It has been suggested that the incidence of diabetes among adults in Sweden has not increased, although the prevalence has increased mainly because of a higher median age of diabetic individuals in the general population (17). The incidence of amputation in this Swedish population increased with age in both men and women, but the mean age at initial amputation was lower for men than for women—a finding also shown in other studies (18). Our study showed a significantly higher risk for amputation in diabetic men aged ≥85 years. A Finnish population study showed that men have a significantly higher risk of vascular amputation than women (15).

In our study, the incidence rate based on all amputations would be 23 per 100,000 person-years, which is 35% higher than the incidence rate of initial amputation (17 per 100,000 person-years). A literature review showed that in many previous studies the reported incidence rates were based on number of all “amputations” (7), which would imply that individuals were allowed to count more than once and continue to accrue person-time after the initial amputation. Without distinguishing the initial amputation from a reamputation and contralateral amputation, the incidence rates reported in such studies are likely to reflect multiple procedures performed on the same patient, which is more common at the foot level in diabetic patients (8). According to a study involving 10 centers in six countries, the disparity in incidence rates based on initial or on all amputations ranged from 20 to 40% but was sometimes much higher (19).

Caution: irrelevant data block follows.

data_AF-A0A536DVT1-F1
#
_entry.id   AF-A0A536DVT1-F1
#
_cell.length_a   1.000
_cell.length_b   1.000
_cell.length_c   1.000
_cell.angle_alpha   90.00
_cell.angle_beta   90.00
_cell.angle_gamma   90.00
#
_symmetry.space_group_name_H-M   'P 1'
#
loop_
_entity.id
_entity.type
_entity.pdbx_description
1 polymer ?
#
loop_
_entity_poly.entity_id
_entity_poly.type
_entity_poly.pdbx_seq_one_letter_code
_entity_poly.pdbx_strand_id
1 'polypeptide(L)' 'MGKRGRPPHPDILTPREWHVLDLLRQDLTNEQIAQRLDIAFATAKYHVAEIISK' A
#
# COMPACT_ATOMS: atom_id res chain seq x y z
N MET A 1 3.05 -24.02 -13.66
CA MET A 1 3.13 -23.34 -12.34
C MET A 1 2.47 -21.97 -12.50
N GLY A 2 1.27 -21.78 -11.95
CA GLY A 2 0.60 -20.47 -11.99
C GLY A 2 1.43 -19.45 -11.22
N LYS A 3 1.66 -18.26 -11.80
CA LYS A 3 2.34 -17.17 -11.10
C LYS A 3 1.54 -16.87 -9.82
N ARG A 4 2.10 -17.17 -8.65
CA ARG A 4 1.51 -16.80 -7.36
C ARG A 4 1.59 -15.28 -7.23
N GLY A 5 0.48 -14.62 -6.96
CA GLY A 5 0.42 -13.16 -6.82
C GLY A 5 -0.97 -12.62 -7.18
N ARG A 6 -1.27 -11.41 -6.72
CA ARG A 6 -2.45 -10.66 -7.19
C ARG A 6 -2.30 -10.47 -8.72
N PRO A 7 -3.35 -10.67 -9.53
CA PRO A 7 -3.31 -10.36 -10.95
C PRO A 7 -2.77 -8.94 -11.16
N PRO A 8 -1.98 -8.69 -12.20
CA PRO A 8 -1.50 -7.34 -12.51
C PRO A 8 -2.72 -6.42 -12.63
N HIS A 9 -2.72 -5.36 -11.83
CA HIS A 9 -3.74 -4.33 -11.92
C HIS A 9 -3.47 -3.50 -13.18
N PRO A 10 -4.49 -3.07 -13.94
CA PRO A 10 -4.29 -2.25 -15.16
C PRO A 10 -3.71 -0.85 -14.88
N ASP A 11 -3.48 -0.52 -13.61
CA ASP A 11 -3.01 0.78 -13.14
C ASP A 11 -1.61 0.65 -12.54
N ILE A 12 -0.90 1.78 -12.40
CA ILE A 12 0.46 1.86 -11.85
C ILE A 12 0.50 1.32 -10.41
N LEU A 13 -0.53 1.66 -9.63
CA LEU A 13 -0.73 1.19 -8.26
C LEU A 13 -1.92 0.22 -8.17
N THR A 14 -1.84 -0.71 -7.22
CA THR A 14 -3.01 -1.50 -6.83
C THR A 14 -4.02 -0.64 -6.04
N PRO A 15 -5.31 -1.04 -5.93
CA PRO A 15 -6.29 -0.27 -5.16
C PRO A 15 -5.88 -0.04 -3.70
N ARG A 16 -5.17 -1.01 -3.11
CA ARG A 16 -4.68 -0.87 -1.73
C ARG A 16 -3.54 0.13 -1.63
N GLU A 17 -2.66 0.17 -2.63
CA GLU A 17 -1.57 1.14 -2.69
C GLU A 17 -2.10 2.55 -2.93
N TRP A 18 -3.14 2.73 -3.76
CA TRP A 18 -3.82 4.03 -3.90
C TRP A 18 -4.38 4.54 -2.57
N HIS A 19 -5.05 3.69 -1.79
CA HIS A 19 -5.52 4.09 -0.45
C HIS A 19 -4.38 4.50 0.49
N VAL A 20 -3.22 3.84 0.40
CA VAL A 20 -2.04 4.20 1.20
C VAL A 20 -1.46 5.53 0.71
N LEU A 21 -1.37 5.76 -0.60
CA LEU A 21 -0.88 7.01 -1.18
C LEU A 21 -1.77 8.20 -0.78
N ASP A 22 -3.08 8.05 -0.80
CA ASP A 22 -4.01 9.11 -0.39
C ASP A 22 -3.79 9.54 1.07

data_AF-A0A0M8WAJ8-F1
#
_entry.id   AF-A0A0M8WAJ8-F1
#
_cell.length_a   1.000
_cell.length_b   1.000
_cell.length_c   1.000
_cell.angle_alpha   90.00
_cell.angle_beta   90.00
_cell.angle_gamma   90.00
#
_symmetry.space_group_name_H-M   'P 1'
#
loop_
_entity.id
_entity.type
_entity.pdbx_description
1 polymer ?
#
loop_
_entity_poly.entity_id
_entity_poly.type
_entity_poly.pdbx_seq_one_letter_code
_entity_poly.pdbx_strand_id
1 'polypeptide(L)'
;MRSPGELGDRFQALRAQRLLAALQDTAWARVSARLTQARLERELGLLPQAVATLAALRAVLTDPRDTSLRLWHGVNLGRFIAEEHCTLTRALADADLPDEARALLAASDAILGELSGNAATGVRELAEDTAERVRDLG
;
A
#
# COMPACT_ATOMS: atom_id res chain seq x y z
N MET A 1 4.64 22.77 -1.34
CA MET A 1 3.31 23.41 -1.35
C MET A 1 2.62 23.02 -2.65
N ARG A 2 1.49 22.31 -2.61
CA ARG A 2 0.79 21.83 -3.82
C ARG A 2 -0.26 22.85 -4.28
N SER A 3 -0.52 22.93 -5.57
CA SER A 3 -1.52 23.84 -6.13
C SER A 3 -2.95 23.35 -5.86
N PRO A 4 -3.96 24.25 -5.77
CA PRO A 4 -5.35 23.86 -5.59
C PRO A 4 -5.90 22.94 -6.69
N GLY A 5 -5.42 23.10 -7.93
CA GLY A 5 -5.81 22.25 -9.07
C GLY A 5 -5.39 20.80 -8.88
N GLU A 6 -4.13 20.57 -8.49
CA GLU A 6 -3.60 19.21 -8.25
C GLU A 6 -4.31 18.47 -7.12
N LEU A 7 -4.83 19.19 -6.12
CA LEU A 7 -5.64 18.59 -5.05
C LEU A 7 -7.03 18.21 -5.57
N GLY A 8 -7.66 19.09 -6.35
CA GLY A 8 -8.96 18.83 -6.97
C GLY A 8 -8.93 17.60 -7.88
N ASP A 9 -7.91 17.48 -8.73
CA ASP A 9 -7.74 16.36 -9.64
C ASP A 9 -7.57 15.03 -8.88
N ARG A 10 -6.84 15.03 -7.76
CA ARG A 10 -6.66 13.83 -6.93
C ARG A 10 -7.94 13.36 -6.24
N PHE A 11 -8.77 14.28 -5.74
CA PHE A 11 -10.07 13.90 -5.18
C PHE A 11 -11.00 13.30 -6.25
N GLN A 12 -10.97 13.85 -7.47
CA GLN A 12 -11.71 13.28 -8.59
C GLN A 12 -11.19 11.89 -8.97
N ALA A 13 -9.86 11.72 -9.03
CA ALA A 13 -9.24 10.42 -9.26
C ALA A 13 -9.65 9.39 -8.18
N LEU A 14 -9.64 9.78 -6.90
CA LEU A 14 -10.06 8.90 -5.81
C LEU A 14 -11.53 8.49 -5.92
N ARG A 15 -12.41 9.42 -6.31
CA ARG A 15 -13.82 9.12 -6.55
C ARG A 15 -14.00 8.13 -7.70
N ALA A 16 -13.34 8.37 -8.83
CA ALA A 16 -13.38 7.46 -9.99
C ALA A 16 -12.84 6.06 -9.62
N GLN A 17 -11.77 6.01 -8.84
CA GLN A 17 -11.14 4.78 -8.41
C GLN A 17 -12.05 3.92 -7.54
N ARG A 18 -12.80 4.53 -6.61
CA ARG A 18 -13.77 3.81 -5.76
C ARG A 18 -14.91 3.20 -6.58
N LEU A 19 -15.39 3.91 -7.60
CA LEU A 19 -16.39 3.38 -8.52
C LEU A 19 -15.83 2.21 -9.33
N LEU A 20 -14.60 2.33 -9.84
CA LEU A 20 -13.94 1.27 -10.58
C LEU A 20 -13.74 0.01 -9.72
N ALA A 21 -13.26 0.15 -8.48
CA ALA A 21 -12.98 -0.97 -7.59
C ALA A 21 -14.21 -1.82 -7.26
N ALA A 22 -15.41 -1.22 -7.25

The incidence rates of reamputation or contralateral amputation over the 10-year study period were similar among the diabetic and nondiabetic men and women amputees, ranging from 13 to 24 per 100 amputee-years. Few longitudinal studies have presented sex-specific incidence rates of reamputation after amputations proximal to the toe or ray level. After the initial unilateral amputation, 19% of the diabetic patients and 21% of the nondiabetic patients underwent a reamputation after a median period of 1 month, with approximately 90% occurring within 2 months. The results support the fact that once the amputated limb has healed, the risk of reamputation is small (9). Also, 17% of the diabetic initial unilateral amputees became bilateral amputees after a median time of <1 year in men and 2 years in women compared with 13% of the nondiabetic amputees after a median time of <2 months in men and 9 months in women. The rate of contralateral amputation is lower than reported previously; Andersson (20) reported that 31% (119 of 385) of vascular amputees (mean age 63 years) underwent contralateral amputation within 2 years, whereas Greant and Van den Brande (21) reported that one-third of 58 patients (mean age 72 years) required a contralateral amputation after a mean time of 8 months.